Ad budgets devoted to prime-time TV still pack a punch for brands and organizations that can afford that kind of inventory. But in an increasingly social media age, relying too heavily on a paid media strategy may start to resemble the sound of one hand clapping. Not every campaign needs a paid/earned/owned media strategy, of course, but most every marketing effort needs an immersive component that will make the respective audience feel vested in the brand. A familiar refrain from PR managers: It’s all about the experience.
Take the financial services sector, which saw social media engagement grow 6 percent in the fourth quarter of 2014 compared with third quarter of 2014, according to an exclusive study conducted by social media analytics company Shareablee.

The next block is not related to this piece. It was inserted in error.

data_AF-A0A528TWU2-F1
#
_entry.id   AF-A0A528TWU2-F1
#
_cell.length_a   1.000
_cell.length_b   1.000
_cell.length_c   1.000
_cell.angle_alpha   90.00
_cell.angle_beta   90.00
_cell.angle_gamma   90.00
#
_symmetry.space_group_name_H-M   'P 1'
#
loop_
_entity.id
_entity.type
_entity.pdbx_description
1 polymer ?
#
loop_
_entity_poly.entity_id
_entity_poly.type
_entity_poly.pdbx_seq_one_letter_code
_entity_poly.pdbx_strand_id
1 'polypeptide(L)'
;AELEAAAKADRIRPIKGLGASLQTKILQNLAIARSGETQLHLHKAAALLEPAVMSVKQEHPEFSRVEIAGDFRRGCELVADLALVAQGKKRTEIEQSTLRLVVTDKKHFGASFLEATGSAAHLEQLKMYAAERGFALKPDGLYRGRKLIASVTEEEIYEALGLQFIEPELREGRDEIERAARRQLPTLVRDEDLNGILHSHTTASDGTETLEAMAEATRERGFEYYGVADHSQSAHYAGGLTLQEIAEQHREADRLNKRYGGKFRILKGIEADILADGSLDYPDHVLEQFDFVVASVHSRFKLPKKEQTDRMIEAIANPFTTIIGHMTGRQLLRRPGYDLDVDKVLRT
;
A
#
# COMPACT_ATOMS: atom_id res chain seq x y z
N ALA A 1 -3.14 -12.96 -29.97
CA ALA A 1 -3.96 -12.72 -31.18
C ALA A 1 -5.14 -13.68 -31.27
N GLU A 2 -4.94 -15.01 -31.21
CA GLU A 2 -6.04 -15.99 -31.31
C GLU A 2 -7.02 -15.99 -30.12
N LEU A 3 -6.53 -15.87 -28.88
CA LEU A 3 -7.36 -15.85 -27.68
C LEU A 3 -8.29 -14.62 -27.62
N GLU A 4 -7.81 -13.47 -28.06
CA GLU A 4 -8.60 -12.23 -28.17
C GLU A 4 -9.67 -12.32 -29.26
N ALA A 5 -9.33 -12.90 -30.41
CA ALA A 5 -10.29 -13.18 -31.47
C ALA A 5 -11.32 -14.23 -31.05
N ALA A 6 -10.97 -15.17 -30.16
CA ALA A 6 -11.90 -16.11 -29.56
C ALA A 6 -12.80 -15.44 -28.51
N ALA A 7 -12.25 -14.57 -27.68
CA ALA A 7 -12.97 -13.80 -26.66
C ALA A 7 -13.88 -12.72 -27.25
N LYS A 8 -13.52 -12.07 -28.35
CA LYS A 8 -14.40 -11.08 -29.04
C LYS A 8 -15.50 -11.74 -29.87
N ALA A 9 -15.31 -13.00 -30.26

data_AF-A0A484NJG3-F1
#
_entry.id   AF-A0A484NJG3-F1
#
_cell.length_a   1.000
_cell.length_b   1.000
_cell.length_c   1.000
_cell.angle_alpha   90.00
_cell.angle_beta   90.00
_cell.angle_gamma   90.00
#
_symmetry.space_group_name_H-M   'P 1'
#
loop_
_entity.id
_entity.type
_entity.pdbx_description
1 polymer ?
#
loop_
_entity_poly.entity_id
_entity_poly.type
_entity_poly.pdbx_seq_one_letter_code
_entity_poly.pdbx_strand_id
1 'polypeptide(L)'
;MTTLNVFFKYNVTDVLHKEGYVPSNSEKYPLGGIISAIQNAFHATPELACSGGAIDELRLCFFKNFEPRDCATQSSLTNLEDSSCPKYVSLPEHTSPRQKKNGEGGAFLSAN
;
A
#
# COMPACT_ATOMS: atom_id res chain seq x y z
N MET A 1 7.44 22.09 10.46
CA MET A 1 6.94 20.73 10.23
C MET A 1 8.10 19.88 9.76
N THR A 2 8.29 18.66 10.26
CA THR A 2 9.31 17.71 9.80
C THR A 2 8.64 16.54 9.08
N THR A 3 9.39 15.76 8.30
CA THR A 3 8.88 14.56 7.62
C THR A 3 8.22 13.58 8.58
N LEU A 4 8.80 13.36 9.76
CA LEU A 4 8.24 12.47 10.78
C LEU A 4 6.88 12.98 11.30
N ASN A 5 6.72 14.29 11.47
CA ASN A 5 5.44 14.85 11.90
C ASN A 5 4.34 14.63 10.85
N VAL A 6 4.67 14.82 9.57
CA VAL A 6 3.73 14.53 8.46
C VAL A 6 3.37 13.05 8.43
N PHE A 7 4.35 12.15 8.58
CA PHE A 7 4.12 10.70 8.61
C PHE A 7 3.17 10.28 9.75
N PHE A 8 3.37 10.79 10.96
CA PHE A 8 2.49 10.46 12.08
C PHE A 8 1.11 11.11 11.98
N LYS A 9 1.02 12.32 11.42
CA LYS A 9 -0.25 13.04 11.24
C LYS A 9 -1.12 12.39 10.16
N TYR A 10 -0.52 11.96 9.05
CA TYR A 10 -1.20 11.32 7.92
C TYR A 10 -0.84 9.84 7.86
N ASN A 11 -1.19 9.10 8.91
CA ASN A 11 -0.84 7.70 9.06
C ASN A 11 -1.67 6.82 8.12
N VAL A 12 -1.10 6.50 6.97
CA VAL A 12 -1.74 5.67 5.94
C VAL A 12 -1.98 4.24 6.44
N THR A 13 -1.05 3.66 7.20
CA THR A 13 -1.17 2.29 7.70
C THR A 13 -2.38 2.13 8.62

“Social media in financial services poses a new communications challenge,” said Tania Yuki, CEO of Shareablee. “While many brands seem to want to focus on the benefits of using their services and subscribing with them, this may not be the goose that lays the golden egg of social media strategies.”
Western Union, for example, decreased the number of postings on its social channels, but overall engagement soared 121 percent. A significant part of its Facebook content stemmed from a paid media strategy.
More important, Western Union also focused on posting content that spurred audience interaction. It asked questions about its audience’s family traditions and encouraged fans to share stories of how the brand has helped them stay in touch with their loved ones.
Aflac employs a similar strategy. It asks questions centered around the brand’s duck character, while MasterCard poses questions to inspire audiences to participate in its #PricelessSurprises campaign. PRN
This article originally appeared in the February 16, 2015 issue of PR News. Read more subscriber-only content by becoming a PR News subscriber today.